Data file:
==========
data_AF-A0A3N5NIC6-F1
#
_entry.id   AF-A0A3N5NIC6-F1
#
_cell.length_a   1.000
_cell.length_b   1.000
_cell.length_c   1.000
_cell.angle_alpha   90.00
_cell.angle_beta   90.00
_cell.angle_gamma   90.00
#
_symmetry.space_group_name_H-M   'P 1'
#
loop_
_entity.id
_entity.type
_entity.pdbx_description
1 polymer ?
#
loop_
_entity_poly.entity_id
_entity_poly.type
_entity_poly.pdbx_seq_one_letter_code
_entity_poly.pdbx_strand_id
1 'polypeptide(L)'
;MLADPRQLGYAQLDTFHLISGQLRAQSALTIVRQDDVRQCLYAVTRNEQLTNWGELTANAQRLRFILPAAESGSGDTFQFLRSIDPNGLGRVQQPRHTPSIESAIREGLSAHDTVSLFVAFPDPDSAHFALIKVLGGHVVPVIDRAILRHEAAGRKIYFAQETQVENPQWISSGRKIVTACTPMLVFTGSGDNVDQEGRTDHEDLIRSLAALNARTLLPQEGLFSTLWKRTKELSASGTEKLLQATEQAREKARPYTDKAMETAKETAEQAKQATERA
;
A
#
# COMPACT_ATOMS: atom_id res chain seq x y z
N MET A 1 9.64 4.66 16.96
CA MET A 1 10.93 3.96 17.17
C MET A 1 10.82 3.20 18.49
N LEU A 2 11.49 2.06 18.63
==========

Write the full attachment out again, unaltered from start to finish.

data_AF-A0A3N5NIC6-F1
#
_entry.id   AF-A0A3N5NIC6-F1
#
_cell.length_a   1.000
_cell.length_b   1.000
_cell.length_c   1.000
_cell.angle_alpha   90.00
_cell.angle_beta   90.00
_cell.angle_gamma   90.00
#
_symmetry.space_group_name_H-M   'P 1'
#
loop_
_entity.id
_entity.type
_entity.pdbx_description
1 polymer ?
#
loop_
_entity_poly.entity_id
_entity_poly.type
_entity_poly.pdbx_seq_one_letter_code
_entity_poly.pdbx_strand_id
1 'polypeptide(L)'
;MLADPRQLGYAQLDTFHLISGQLRAQSALTIVRQDDVRQCLYAVTRNEQLTNWGELTANAQRLRFILPAAESGSGDTFQFLRSIDPNGLGRVQQPRHTPSIESAIREGLSAHDTVSLFVAFPDPDSAHFALIKVLGGHVVPVIDRAILRHEAAGRKIYFAQETQVENPQWISSGRKIVTACTPMLVFTGSGDNVDQEGRTDHEDLIRSLAALNARTLLPQEGLFSTLWKRTKELSASGTEKLLQATEQAREKARPYTDKAMETAKETAEQAKQATERA
;
A
#
# COMPACT_ATOMS: atom_id res chain seq x y z
N MET A 1 9.64 4.66 16.96
CA MET A 1 10.93 3.96 17.17
C MET A 1 10.82 3.20 18.49
N LEU A 2 11.49 2.06 18.63